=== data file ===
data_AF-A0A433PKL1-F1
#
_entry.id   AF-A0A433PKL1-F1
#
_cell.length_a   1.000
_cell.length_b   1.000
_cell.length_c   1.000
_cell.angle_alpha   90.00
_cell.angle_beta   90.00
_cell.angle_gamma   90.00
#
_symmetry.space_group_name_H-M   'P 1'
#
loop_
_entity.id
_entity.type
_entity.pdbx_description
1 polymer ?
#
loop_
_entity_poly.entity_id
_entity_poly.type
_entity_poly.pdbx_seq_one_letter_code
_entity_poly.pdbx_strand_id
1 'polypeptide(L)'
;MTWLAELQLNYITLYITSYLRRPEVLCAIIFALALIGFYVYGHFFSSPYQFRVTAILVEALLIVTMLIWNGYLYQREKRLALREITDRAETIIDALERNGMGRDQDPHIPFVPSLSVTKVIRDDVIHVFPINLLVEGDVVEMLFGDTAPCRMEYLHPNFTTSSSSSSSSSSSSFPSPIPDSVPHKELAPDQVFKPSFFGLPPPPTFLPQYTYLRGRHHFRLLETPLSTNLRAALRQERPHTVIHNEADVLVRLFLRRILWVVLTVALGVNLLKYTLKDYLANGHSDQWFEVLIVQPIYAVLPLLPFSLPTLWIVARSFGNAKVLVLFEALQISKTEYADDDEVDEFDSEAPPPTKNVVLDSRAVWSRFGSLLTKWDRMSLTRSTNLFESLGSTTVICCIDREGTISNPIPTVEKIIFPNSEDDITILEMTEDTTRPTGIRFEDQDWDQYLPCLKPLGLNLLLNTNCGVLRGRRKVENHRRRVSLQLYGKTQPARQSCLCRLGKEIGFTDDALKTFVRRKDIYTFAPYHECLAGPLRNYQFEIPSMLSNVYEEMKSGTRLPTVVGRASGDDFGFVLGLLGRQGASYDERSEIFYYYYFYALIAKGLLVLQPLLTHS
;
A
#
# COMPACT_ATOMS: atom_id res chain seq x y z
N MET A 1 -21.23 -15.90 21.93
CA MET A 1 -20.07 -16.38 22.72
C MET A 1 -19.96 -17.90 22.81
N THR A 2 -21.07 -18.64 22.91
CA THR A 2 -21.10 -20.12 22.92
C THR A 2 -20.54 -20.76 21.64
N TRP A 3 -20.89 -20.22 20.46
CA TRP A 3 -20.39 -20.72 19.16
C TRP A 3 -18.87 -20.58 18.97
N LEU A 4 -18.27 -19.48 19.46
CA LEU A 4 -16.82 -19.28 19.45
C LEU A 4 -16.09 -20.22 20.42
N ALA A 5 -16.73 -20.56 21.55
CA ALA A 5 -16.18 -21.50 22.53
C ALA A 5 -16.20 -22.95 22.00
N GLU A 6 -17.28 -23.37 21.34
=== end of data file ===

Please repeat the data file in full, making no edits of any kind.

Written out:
data_AF-A0A433PKL1-F1
#
_entry.id   AF-A0A433PKL1-F1
#
_cell.length_a   1.000
_cell.length_b   1.000
_cell.length_c   1.000
_cell.angle_alpha   90.00
_cell.angle_beta   90.00
_cell.angle_gamma   90.00
#
_symmetry.space_group_name_H-M   'P 1'
#
loop_
_entity.id
_entity.type
_entity.pdbx_description
1 polymer ?
#
loop_
_entity_poly.entity_id
_entity_poly.type
_entity_poly.pdbx_seq_one_letter_code
_entity_poly.pdbx_strand_id
1 'polypeptide(L)'
;MTWLAELQLNYITLYITSYLRRPEVLCAIIFALALIGFYVYGHFFSSPYQFRVTAILVEALLIVTMLIWNGYLYQREKRLALREITDRAETIIDALERNGMGRDQDPHIPFVPSLSVTKVIRDDVIHVFPINLLVEGDVVEMLFGDTAPCRMEYLHPNFTTSSSSSSSSSSSSFPSPIPDSVPHKELAPDQVFKPSFFGLPPPPTFLPQYTYLRGRHHFRLLETPLSTNLRAALRQERPHTVIHNEADVLVRLFLRRILWVVLTVALGVNLLKYTLKDYLANGHSDQWFEVLIVQPIYAVLPLLPFSLPTLWIVARSFGNAKVLVLFEALQISKTEYADDDEVDEFDSEAPPPTKNVVLDSRAVWSRFGSLLTKWDRMSLTRSTNLFESLGSTTVICCIDREGTISNPIPTVEKIIFPNSEDDITILEMTEDTTRPTGIRFEDQDWDQYLPCLKPLGLNLLLNTNCGVLRGRRKVENHRRRVSLQLYGKTQPARQSCLCRLGKEIGFTDDALKTFVRRKDIYTFAPYHECLAGPLRNYQFEIPSMLSNVYEEMKSGTRLPTVVGRASGDDFGFVLGLLGRQGASYDERSEIFYYYYFYALIAKGLLVLQPLLTHS
;
A
#
# COMPACT_ATOMS: atom_id res chain seq x y z
N MET A 1 -21.23 -15.90 21.93
CA MET A 1 -20.07 -16.38 22.72
C MET A 1 -19.96 -17.90 22.81
N THR A 2 -21.07 -18.64 22.91
CA THR A 2 -21.10 -20.12 22.92
C THR A 2 -20.54 -20.76 21.64
N TRP A 3 -20.89 -20.22 20.46
CA TRP A 3 -20.39 -20.72 19.16
C TRP A 3 -18.87 -20.58 18.97
N LEU A 4 -18.27 -19.48 19.46
CA LEU A 4 -16.82 -19.28 19.45
C LEU A 4 -16.09 -20.22 20.42
N ALA A 5 -16.73 -20.56 21.55
CA ALA A 5 -16.18 -21.50 22.53
C ALA A 5 -16.20 -22.95 22.00
N GLU A 6 -17.28 -23.37 21.34